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Paramaterized Patterns using Excel Data

7 REPLIES 7
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Message 1 of 8
matt.culik
196 Views, 7 Replies

Paramaterized Patterns using Excel Data

I'm trying to laser cut a foam socket organizer. I need a 2D DXF file for my laser cutter software. I have a bunch of sockets and a digital caliper that sends measurements to Excel at the click of a button. 

 

What I'd like to do is create a parameterized sketch block that includes a circle where the socket will sit and the socket label. Ideally, I'd be able to measure each socket, send the actual diameter to Excel, and add a standardized clearance amount and a label. Then, I'd assign the relevant column headers to my parameterized sketch block and Fusion 360 would spit out a sketch block for each socket. Then, I'd lay the blocks out, save the sketch as a DXF and go to town on the laser cutter.

 

Does anyone know if this can be done in Fusion 360? If not, is there any software you're aware of that can?

 

Thanks!

 

 

7 REPLIES 7
Message 2 of 8
BrianEkins
in reply to: matt.culik

Fusion doesn't have anything like a sketch block, but what you want to do would be simple enough to create directly in a sketch since it will just be placing circles and text. There are plenty of small samples in the API help that show how to create a sketch and draw a circle and text.

 

The Fusion API doesn't have anything to read from an Excel file, but Python does. There is some built-in capability to read from a CSV file, which will be the easiest.

---------------------------------------------------------------
Brian Ekins
Inventor and Fusion 360 API Expert
Website/Blog: https://EkinsSolutions.com
Message 3 of 8
matt.culik
in reply to: matt.culik

@BrianEkins - Just confirming what I think you're saying...

 

Use Python to "pull" the data from CSV and then turn that data into a sketch by pushing it into Fusion using their API?

 

If I'm correct, that sounds interesting. I've never done any programming like that before, but it's been on my list of things to try/learn.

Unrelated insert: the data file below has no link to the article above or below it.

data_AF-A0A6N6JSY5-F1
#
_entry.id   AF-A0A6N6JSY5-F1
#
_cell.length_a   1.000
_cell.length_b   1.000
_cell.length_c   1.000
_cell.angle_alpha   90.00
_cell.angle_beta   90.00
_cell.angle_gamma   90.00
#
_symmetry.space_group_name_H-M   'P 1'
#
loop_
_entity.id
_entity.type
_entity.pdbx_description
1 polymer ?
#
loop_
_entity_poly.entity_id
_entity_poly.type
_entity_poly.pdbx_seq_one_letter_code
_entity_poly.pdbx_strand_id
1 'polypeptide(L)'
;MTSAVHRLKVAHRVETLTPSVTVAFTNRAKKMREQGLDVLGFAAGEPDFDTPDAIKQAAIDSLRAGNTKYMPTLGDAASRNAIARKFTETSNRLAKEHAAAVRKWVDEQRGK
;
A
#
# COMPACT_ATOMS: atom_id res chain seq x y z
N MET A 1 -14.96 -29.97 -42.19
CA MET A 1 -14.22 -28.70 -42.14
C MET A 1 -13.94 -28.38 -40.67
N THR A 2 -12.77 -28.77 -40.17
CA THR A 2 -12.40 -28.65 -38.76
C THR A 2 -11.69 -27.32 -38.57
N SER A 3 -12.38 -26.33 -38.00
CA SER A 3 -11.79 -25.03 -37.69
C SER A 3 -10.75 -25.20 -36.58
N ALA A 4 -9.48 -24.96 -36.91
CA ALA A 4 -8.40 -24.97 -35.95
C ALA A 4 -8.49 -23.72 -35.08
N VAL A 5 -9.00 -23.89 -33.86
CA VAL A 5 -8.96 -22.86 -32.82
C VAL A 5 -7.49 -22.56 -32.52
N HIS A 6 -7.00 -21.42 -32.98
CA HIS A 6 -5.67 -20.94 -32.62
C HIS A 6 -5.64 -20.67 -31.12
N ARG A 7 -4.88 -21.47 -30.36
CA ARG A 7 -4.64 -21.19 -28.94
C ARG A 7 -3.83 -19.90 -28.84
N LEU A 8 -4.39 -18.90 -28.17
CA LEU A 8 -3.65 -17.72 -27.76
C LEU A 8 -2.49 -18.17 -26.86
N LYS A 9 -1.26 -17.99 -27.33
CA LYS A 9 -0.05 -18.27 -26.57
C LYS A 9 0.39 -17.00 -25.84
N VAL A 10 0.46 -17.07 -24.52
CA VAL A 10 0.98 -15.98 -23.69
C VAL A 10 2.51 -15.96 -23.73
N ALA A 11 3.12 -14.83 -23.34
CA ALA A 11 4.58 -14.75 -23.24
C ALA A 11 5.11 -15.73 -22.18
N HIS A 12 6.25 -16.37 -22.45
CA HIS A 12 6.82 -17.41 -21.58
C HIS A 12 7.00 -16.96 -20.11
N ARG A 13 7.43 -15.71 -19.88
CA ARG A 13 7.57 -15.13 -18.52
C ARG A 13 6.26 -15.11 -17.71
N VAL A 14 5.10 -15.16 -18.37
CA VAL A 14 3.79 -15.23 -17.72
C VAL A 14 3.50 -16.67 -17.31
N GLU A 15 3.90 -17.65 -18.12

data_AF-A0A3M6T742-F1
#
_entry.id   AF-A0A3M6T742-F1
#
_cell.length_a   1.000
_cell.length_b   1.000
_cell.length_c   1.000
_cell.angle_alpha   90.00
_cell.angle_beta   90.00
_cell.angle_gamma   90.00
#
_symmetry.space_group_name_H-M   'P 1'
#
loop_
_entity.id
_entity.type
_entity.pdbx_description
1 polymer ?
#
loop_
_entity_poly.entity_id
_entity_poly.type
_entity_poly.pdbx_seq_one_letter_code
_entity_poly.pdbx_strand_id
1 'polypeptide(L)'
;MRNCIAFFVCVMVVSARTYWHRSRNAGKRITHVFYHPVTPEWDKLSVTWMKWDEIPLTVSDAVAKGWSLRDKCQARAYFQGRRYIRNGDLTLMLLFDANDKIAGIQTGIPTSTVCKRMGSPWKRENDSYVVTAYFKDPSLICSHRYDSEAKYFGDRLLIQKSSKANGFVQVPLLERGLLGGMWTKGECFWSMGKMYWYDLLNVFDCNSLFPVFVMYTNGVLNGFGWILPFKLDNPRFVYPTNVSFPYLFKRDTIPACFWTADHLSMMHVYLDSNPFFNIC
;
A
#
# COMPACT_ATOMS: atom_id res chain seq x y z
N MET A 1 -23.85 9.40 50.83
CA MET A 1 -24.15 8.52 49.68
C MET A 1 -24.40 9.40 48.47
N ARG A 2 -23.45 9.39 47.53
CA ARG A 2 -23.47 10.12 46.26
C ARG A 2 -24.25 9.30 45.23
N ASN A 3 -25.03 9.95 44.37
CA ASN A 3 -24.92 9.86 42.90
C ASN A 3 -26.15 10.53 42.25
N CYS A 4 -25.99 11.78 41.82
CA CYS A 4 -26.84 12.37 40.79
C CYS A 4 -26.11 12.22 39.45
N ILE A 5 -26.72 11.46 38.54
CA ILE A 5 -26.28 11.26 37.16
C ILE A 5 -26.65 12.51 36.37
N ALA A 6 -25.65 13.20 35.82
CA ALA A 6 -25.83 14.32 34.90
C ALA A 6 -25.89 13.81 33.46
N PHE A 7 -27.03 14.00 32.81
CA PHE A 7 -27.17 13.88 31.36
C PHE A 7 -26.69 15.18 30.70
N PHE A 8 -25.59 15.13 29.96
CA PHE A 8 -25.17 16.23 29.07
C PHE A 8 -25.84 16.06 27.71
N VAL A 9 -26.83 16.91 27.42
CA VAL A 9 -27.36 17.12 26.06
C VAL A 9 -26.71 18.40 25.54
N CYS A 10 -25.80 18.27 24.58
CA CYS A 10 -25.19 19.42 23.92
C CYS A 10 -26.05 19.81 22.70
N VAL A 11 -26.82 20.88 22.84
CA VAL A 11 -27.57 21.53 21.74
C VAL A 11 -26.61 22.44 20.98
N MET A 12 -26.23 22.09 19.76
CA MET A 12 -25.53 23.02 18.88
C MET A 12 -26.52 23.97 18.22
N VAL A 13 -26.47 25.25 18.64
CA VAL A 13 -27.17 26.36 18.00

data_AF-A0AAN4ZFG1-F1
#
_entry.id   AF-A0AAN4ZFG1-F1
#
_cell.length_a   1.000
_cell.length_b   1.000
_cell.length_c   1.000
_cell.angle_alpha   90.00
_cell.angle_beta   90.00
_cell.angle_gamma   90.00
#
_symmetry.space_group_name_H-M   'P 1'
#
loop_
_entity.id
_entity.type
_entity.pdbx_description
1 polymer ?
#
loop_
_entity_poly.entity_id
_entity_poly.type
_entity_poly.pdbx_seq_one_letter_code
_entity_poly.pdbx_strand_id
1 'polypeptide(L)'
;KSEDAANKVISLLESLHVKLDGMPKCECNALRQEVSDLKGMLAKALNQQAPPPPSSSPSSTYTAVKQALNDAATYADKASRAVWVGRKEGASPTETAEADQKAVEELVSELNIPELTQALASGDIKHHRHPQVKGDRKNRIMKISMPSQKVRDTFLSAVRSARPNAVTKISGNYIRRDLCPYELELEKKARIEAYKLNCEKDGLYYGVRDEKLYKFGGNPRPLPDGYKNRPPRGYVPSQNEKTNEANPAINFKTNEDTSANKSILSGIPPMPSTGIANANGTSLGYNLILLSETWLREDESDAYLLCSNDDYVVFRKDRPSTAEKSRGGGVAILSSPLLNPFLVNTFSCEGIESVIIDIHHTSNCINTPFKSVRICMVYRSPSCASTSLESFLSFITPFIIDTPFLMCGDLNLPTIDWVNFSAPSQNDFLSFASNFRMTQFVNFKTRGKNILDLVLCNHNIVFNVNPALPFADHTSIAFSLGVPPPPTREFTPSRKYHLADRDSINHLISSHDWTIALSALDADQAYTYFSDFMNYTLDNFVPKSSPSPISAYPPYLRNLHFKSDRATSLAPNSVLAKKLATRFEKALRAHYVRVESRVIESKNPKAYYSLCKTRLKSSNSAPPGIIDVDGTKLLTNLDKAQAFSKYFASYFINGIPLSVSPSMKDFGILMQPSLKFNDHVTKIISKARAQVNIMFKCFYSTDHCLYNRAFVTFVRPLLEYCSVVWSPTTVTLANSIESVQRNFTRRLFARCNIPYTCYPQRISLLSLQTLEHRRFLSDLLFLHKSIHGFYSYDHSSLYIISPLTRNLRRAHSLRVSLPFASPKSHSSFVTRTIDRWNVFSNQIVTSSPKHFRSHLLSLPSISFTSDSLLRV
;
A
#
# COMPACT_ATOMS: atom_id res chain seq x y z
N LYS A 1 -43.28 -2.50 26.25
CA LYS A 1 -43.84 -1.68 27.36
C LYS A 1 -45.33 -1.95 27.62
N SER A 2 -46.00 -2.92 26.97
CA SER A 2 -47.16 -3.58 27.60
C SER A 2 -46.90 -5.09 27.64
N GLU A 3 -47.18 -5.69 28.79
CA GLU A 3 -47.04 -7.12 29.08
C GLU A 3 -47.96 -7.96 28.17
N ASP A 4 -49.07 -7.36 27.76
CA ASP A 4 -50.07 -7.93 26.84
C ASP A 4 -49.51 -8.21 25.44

Aside from creating the "sketch blocks," does the API have any functionality to automatically distribute/align them?

 

Thanks!

Message 4 of 8
BrianEkins
in reply to: matt.culik

You understand what I'm suggesting. There's nothing in Fusion, or the API, to help in organizing the shapes. You'll need to do that yourself in your code. When you create the geometry, you'll be defining the coordinates of the geometry and can calculate where it needs to be positioned.

---------------------------------------------------------------
Brian Ekins
Inventor and Fusion 360 API Expert
Website/Blog: https://EkinsSolutions.com
Message 5 of 8

If this will be a script development just to make a single design, best option is to do it with the application or with another app that allow you to export the DXF file; it could be a big effort which is not worth.

But if your intention is to learn how to develop scripts, it is a good option.

Take into account that almost the same steps you make in the designer, need to be replicated in the script development, like for example, create sketch, draw circumference, add constraints, and so on.

 

Message 6 of 8
matt.culik
in reply to: matt.culik

@Jorge_Jaramillo@BrianEkins - I do want to learn how to develop scripts, but also need to be realistic with my time. If you guys know of a program that would allow me to create sketch blocks from Excel/CSV/whatever tabulated data and export as a 2D DXF, that would be awesome.

 

Thanks!

Message 7 of 8

Hi, the online API documentation comes with use case examples, which were very useful when I started learning the API. I'd suggest to start from there.
Then you can learn specific python modules to extent the functionality of your developments.
Message 8 of 8
BrianEkins
in reply to: matt.culik

I suspect what you want is unique enough that it's unlikely you'll find something existing that does exactly what you want. I know it's a lot to grasp when you first start, but having a project is the best way to learn it.

---------------------------------------------------------------
Brian Ekins
Inventor and Fusion 360 API Expert
Website/Blog: https://EkinsSolutions.com

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